Finally, ICE relents and some women and children are released from long-term family detention

July 14, 2015

Grassroots Leadership calls on ICE to close three family detention camps

(AUSTIN, Texas) — Bowing to intense pressure, immigration officials announced Monday that they will release some detained families who have been found to have credible fear of returning to their home countries. “ICE has finally begun to take concrete action in response to public outcry against the detention of refugee families,” said Bob Libal, Executive Director of Grassroots Leadership. “While we are heartened that some families will no longer be forced to relive their trauma through unjust prolonged detention, we remain concerned that women and children will continue to be detained. We will continue to push for the release of all families and the closure of all three family detention camps.”

Grassroots Leadership also calls on Immigration and Customs Enforcement (ICE) to ensure due process for each family so that no asylum seeker is unjustly deported. “Not only should ICE stop the use of mass family detention, it should also stop the practice of placing ankle shackles on women as a condition of release,” said Cristina Parker, Immigration Programs Director for Grassroots Leadership.  “ICE should rely on community-based alternatives to detention rather than turn to this stigmatizing and unnecessary alternative form of detention.”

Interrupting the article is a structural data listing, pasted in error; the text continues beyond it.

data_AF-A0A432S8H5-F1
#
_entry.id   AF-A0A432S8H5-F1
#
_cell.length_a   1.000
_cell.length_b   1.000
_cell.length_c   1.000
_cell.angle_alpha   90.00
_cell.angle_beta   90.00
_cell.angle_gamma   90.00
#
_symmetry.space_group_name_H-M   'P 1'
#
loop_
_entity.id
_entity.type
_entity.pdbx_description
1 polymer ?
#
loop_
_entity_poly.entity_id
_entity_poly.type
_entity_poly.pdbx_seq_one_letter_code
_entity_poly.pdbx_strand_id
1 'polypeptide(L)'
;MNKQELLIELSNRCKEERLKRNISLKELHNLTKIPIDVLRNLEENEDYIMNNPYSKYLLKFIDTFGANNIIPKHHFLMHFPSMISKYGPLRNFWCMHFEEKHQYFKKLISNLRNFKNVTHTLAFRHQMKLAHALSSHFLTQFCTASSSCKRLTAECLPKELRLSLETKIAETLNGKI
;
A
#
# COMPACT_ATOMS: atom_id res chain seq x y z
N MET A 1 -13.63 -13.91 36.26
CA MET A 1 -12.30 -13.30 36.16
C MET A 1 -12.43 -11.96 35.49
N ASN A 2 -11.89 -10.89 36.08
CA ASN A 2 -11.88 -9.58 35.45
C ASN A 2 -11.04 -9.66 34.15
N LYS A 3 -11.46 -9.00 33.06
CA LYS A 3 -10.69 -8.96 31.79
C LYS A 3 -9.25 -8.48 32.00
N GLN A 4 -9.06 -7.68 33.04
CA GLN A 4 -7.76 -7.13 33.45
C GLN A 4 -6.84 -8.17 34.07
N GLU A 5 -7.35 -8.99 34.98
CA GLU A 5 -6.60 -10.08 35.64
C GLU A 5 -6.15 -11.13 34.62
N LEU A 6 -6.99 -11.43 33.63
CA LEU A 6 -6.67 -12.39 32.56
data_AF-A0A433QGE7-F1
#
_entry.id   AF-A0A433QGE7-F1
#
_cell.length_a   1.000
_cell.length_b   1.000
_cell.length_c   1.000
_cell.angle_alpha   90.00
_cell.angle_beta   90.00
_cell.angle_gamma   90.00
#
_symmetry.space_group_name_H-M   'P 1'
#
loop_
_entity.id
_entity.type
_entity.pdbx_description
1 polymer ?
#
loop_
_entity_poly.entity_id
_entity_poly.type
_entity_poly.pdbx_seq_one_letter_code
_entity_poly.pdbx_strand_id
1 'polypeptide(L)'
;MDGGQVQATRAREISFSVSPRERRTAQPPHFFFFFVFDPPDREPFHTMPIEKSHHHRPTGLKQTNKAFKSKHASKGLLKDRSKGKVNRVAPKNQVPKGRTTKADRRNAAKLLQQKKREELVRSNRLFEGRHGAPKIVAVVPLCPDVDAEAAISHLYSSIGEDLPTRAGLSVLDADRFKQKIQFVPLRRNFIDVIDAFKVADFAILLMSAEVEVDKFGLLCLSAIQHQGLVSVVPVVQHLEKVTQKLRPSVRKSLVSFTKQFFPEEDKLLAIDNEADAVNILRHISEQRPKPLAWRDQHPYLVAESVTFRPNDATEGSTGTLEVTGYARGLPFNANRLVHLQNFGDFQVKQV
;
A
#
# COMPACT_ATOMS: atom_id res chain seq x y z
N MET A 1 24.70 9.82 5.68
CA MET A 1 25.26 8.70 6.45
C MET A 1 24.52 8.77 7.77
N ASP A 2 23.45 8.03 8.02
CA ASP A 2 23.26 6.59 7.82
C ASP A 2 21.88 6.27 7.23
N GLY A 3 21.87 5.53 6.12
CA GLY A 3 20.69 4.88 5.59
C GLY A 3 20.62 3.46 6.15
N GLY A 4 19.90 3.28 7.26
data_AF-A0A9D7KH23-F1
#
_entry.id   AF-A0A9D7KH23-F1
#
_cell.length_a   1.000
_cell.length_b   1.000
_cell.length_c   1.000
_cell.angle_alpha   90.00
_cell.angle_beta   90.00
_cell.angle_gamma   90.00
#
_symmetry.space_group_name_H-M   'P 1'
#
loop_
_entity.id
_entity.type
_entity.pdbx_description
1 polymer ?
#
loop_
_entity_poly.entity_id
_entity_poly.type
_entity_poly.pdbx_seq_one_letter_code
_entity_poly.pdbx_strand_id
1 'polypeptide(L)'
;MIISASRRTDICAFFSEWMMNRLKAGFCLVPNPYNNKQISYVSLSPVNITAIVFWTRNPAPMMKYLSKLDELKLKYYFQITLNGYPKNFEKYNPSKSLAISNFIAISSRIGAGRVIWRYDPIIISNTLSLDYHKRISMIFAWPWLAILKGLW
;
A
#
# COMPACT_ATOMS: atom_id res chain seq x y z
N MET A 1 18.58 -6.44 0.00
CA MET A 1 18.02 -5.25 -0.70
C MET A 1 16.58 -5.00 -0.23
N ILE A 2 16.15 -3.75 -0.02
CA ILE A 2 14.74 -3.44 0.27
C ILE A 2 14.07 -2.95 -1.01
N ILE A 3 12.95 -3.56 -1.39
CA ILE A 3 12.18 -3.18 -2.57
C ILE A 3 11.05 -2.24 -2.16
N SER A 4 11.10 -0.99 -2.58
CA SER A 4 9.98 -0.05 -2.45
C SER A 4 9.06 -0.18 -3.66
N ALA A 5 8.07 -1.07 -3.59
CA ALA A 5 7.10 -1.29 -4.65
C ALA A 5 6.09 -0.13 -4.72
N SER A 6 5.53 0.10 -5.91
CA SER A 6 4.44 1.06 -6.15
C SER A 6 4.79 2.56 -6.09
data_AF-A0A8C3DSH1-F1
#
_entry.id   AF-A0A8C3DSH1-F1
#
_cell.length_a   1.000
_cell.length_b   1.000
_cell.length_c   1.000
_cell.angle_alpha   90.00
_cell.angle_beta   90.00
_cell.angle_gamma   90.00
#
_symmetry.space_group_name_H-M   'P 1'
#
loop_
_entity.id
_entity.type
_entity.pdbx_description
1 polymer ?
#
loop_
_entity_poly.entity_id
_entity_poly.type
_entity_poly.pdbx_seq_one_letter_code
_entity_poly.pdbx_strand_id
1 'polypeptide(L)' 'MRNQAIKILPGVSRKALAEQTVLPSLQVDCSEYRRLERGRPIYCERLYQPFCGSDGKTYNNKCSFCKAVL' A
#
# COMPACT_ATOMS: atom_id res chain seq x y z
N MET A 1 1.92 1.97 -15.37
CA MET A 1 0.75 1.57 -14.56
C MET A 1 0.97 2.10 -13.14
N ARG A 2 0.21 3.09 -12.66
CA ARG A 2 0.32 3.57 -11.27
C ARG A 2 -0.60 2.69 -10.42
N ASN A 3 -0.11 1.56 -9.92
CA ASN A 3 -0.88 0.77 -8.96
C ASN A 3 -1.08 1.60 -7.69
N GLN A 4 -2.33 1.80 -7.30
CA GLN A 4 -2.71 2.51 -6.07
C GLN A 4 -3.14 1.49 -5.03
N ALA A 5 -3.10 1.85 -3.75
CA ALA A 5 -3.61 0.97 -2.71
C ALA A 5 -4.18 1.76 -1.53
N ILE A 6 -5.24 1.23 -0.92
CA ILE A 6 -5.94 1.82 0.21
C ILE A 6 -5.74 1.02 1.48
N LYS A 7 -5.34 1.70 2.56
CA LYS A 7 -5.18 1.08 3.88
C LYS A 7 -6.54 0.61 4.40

Monday’s announcement also leaves three family detention camps open in Karnes City, Texas, Dilley, Texas, and Berks County, Pennsylvania.  The announcement also does not impact the release of refugee women or men who arrive without children from the same countries and under many of the same circumstances. Grassroots Leadership urges ICE to promptly release all asylum seekers who are found to have fear of returning to their home countries as a step towards the elimination of immigrant detention.

                                                            # # #

Grassroots Leadership is an Austin, Texas-based national organization that works to end for-profit incarceration and reduce reliance on criminalization and detention through direct action, organizing, research, and public education.


Cristina Parker,